Date of Award

8-1-2002

Degree Type

Restricted Access Dissertation

Degree Name

Doctor of Philosophy

Field of Study

Microbiology and Immunology

Department

Graduate School of Biomedical Sciences

First Advisor

Robert R. Gracy

Second Advisor

B. Harris

Third Advisor

A. Lacko

Abstract

Joungil Choi, Identification of Oxidized Proteins in Alzheimer’s Disease. Doctor of Philosophy (Molecular Biology and Immunology). August, 2002. Pages-110. Tables 8. Figures 24. Oxidative modification of specific proteins is central to the pathology of Alzheimer’s disease (AD). The purpose of this study was to identify the oxidation-sensitive proteins in neuronal cells, fibroblasts from AD subjects, and in the blood of AD patients. In all cases, age-matched non-Alzheimer’s samples were used as controls. Proteomic methods were used to isolate and characterize the oxidized proteins. These included two-dimensional gel electrophoresis, immunolocalization of oxidized proteins and identification by MALDI-TOF mass spectroscopic methods. It was hypothesized that knowledge of these critical oxidation-sensitive proteins would shed light on the underlying mechanism of the disease. In addition, it was postulated that these proteins might prove to be biomarkers for early detection and monitoring the progress of the disease. The results show that two different oxidative stressors (H2O2 generated enzymatically, or the amyloid beta peptide, AB25-35) induce apoptotic cell death and oxidation of specific proteins (heat shock protein 60 and vimentin) in skin fibroblasts from AD subjects and in neuronal cells. In addition, the results indicate that susceptibility of these two proteins to oxidative stress is increased in fibroblasts from AD patients, compared to non-AD controls. Pretreatment with antioxidants (e.g., vitamin E or flavonoids) protect these proteins from oxidative damage. Both heat shock protein 60 and vimentin, have been suggested to function as antiapoptotic proteins. Thus, their oxidative damage could lead to the apoptotic neuronal cell death in Alzheimer’s disease. In the blood plasma of AD subjects, isoforms of fibrinogen gamma chain and alpha-1 antitrypsin were found to be oxidized. These proteins exhibited to a two- to six-fold greater specific oxidation index in plasma from AD subjects when compared to controls. Both of these proteins have been suggested to be implicated in oxidation-mediated damage of inflammation in the AD brain.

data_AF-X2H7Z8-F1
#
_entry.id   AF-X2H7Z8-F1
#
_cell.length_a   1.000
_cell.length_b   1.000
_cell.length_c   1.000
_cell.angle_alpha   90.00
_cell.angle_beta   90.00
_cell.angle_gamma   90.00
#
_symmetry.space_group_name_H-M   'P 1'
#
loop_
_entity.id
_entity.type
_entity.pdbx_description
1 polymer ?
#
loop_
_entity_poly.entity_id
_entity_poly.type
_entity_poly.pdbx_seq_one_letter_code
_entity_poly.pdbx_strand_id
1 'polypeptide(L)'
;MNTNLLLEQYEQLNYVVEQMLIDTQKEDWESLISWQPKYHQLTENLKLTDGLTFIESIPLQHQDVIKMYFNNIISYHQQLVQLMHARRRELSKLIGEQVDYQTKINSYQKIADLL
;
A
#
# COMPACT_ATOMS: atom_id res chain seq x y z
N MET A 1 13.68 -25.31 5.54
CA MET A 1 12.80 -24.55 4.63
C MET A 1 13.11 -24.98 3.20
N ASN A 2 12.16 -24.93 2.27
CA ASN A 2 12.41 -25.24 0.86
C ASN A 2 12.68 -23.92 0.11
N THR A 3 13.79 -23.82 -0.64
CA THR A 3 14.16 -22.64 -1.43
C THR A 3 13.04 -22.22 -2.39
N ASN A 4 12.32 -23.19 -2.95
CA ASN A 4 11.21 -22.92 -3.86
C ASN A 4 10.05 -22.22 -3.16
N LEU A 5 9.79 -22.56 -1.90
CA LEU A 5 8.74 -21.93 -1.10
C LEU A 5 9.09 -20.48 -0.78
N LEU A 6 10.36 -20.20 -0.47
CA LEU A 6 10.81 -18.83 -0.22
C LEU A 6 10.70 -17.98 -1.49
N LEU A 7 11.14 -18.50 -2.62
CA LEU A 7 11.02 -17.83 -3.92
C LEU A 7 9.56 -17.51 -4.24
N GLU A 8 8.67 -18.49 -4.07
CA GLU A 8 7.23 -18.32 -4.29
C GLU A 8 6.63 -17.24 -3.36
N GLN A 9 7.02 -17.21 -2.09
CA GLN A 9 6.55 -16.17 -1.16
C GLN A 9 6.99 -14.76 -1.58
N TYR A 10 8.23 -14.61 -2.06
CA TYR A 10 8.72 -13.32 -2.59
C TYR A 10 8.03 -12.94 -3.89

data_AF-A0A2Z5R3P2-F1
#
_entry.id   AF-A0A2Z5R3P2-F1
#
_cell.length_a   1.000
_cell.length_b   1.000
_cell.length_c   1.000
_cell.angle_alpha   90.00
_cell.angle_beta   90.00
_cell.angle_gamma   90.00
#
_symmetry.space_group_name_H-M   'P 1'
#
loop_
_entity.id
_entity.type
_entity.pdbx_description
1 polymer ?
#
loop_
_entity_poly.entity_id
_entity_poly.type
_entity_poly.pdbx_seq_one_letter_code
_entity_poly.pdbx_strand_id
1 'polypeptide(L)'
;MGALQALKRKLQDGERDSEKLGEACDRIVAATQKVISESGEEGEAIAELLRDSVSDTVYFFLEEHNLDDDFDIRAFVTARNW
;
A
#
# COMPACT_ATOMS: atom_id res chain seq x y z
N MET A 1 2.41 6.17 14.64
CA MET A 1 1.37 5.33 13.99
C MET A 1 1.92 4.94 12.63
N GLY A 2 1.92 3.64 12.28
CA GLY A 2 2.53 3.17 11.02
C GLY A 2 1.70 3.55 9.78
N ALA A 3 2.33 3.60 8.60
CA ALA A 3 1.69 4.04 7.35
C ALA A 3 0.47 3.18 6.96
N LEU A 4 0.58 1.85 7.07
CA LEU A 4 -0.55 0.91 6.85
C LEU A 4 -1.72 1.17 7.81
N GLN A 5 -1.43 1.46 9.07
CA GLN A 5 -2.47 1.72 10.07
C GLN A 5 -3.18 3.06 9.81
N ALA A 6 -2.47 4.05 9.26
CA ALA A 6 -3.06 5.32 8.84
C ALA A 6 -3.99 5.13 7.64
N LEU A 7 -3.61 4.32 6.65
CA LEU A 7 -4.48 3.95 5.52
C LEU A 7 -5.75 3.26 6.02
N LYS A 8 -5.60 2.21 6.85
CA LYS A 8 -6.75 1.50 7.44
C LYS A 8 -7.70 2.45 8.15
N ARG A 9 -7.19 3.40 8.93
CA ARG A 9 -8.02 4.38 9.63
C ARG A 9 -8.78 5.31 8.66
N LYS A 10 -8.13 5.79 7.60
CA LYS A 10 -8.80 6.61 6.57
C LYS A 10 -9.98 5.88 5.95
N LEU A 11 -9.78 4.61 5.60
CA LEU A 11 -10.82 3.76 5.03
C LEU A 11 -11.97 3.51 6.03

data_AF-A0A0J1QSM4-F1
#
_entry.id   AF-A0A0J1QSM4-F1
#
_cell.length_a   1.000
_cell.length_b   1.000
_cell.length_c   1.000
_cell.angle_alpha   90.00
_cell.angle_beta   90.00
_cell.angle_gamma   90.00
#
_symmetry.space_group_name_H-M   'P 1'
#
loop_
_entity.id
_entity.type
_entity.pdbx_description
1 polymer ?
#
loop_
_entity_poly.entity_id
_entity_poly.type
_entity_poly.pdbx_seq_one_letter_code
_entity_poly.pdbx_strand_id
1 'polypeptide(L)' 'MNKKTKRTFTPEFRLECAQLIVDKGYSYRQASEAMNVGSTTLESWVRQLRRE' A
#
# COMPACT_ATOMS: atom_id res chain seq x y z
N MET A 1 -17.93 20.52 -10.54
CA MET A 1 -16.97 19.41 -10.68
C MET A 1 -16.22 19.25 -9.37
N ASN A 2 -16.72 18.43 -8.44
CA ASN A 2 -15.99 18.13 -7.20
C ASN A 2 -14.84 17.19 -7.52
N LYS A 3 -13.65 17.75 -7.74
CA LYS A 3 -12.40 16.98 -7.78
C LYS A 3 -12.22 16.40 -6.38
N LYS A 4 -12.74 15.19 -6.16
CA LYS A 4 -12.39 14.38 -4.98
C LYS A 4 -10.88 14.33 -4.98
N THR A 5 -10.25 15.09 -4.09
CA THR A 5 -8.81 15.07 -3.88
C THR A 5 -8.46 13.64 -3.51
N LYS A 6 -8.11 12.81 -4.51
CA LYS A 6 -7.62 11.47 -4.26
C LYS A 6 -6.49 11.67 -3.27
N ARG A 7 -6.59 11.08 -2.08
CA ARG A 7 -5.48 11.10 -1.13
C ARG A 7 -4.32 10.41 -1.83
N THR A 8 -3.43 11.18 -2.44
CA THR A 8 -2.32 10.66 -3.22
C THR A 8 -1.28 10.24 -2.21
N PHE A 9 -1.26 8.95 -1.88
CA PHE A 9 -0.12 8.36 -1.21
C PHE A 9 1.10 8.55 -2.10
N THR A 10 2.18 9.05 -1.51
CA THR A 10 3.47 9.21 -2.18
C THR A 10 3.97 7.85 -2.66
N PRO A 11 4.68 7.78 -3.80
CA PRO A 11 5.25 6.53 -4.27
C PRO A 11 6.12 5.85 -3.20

Comments

Joungil Choi, Identification of Oxidized Proteins in Alzheimer’s Disease. Doctor of Philosophy (Molecular Biology and Immunology). August, 2002. Pages-110. Tables 8. Figures 24. W 4 C545i 2002

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